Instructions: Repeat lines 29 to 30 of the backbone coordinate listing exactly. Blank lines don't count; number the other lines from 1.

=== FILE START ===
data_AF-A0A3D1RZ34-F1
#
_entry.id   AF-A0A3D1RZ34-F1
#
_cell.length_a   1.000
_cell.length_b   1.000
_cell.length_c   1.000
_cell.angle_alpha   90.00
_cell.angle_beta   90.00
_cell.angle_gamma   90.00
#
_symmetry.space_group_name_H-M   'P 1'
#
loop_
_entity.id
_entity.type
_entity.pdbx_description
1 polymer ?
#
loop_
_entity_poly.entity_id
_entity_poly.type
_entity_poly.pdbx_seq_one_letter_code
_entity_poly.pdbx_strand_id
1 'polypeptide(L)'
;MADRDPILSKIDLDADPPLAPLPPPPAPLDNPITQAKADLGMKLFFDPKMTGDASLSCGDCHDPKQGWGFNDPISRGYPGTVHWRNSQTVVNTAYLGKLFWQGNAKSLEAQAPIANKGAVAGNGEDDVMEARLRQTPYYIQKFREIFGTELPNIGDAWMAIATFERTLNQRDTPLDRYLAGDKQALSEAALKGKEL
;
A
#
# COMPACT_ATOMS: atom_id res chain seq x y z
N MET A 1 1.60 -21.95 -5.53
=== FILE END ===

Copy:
#
# COMPACT_ATOMS: atom_id res chain seq x y z